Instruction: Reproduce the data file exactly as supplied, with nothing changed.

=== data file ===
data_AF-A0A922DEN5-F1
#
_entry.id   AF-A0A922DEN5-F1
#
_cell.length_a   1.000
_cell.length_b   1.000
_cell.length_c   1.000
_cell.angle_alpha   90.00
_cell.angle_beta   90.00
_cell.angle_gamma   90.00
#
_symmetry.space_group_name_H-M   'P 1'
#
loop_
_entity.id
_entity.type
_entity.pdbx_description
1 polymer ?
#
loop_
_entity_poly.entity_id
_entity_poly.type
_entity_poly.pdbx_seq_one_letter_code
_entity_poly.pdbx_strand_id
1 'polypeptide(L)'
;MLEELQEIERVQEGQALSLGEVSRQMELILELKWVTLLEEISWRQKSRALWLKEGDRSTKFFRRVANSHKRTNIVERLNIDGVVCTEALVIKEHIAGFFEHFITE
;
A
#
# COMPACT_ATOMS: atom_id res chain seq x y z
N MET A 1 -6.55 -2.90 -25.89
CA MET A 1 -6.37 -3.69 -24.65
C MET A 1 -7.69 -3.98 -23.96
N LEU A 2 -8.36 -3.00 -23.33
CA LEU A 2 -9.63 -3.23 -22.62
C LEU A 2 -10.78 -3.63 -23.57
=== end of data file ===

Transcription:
data_AF-A0A922DEN5-F1
#
_entry.id   AF-A0A922DEN5-F1
#
_cell.length_a   1.000
_cell.length_b   1.000
_cell.length_c   1.000
_cell.angle_alpha   90.00
_cell.angle_beta   90.00
_cell.angle_gamma   90.00
#
_symmetry.space_group_name_H-M   'P 1'
#
loop_
_entity.id
_entity.type
_entity.pdbx_description
1 polymer ?
#
loop_
_entity_poly.entity_id
_entity_poly.type
_entity_poly.pdbx_seq_one_letter_code
_entity_poly.pdbx_strand_id
1 'polypeptide(L)'
;MLEELQEIERVQEGQALSLGEVSRQMELILELKWVTLLEEISWRQKSRALWLKEGDRSTKFFRRVANSHKRTNIVERLNIDGVVCTEALVIKEHIAGFFEHFITE
;
A
#
# COMPACT_ATOMS: atom_id res chain seq x y z
N MET A 1 -6.55 -2.90 -25.89
CA MET A 1 -6.37 -3.69 -24.65
C MET A 1 -7.69 -3.98 -23.96
N LEU A 2 -8.36 -3.00 -23.33
CA LEU A 2 -9.63 -3.23 -22.62
C LEU A 2 -10.78 -3.63 -23.57